Three people were arrested and released after being questioned about last month's riot in which 38 people died at a European soccer championship final in Brussels, police in Liverpool said . . .
Louisiana's sports bribery law is so vague and imposes such unusual penalties that the case against former Tulane basketball player John (Hot Rod) Williams should be thrown out of court, one of Williams' lawyers argued in New Orleans.
Williams and former point guard David Dominique are accused of conspiracy and bribery in an alleged scheme to fix Tulane basketball games against Southern Mississippi, Memphis State and Virginia Tech last season.
Four others -- two students, a convicted bookie and an alleged courier -- also are under indictment in connection with the case . . .
A few months short of his release from prison, former Boston College basketball player Rick Kuhn retold the story of his seduction into a point-shaving scheme to a panel in New York investigating links between organized crime and gambling.
Initially contacted by the brother of a high school classmate in Pittsburgh, Kuhn said he did not realize that the Lucchese crime family was backing the betting scheme until six months later. In February of his senior year, a caller reminded him that "I couldn't play basketball with a broken arm," Kuhn told the President's Commission on Organized Crime.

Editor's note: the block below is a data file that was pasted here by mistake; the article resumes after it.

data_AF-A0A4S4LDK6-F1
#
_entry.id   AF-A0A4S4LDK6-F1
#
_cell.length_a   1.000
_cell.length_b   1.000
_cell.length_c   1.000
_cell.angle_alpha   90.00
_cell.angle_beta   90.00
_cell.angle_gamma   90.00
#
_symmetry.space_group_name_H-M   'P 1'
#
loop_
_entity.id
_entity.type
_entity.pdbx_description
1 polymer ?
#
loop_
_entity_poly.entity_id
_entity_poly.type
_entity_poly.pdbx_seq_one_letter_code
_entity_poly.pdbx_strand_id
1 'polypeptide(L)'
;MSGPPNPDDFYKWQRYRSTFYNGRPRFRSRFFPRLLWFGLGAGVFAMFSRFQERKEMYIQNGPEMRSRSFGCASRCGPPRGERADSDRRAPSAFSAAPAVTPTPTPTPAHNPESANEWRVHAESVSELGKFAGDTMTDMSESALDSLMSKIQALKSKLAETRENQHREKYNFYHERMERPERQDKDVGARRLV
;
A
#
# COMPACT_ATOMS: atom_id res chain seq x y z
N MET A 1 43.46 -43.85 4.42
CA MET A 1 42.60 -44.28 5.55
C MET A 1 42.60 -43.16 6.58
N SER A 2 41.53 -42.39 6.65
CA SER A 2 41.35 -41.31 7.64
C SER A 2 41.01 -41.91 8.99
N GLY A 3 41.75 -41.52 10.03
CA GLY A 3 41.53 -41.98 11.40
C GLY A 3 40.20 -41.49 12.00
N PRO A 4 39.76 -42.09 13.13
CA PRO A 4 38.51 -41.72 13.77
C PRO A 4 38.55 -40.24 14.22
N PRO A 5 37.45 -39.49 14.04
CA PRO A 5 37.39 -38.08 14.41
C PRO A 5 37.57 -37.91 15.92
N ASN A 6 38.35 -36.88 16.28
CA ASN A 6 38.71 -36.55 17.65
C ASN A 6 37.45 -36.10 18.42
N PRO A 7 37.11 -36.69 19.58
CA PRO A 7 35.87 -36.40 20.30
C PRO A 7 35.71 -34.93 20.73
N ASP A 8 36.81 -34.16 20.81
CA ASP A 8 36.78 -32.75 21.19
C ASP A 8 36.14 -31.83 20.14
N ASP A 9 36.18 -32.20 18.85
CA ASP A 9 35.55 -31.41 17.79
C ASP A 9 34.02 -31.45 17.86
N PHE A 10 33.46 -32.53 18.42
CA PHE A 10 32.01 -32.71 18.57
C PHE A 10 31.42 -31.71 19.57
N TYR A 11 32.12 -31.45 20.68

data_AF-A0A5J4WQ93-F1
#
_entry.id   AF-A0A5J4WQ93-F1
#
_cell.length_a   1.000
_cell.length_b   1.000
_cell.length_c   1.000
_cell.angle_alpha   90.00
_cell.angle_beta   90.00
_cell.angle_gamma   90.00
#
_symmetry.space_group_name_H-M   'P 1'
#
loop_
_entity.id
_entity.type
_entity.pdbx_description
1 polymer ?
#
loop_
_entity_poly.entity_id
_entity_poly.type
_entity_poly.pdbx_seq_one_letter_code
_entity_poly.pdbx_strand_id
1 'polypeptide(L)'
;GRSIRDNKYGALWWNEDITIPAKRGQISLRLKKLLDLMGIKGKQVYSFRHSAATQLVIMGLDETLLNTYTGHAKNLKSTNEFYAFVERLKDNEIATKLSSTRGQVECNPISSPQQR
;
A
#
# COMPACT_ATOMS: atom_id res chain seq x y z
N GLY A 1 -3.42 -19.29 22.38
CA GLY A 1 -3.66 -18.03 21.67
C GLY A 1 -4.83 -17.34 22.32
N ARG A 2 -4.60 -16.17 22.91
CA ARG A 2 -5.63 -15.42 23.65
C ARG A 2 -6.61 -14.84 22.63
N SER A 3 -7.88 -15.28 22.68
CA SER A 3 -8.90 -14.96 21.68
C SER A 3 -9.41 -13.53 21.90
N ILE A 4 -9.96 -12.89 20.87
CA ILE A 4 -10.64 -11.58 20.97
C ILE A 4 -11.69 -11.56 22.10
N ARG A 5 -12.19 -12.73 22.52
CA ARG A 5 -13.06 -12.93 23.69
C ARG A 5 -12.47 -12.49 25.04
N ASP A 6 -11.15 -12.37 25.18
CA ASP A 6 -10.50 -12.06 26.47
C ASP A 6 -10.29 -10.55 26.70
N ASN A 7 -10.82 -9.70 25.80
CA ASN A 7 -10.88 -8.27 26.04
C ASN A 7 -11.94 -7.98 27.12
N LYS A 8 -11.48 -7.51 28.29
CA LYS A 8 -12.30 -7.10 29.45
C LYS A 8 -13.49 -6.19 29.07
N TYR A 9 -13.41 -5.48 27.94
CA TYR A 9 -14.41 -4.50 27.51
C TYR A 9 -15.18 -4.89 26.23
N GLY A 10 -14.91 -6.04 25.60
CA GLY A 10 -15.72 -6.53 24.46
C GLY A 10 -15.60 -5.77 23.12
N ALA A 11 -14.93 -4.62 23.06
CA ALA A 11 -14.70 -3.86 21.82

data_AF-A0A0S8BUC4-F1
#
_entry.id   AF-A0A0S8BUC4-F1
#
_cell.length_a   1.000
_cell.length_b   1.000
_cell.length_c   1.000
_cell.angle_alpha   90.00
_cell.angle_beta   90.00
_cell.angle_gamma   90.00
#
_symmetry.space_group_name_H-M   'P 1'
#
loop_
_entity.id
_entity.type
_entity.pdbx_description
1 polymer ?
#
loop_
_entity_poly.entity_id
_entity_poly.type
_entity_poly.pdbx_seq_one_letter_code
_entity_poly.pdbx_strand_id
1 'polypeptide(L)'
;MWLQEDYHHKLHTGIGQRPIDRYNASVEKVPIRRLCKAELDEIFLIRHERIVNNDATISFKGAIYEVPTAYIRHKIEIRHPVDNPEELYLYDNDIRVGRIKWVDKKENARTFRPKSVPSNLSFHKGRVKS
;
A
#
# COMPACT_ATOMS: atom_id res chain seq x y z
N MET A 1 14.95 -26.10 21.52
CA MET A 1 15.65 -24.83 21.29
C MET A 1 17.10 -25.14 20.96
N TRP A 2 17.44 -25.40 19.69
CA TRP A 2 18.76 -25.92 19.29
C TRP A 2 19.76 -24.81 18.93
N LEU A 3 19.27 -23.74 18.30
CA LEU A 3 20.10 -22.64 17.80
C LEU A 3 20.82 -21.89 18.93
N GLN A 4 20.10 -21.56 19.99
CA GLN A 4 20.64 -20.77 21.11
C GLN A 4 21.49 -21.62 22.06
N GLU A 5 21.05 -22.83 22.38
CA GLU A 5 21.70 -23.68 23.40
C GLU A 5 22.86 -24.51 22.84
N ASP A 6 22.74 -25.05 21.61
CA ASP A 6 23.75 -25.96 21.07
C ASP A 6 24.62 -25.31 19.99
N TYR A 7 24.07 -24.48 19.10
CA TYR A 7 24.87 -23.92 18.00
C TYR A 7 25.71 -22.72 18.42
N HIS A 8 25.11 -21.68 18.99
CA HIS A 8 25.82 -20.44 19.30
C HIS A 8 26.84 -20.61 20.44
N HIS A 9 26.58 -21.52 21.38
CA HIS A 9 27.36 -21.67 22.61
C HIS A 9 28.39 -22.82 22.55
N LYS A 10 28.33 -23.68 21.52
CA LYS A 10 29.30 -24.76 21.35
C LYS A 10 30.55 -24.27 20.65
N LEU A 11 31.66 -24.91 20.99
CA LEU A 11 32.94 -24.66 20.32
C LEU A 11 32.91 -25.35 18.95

"We were offered drugs, women, cars," he said, in addition to being promised $2,500 per player per game to make sure Boston College did not win by more than the posted point spread in seven to nine games.
The commission, conducting three days of hearings in New York on gambling-related issues, also heard St. John's basketball Coach Lou Carnesecca tell how he and his staff try to educate their players and isolate them from gamblers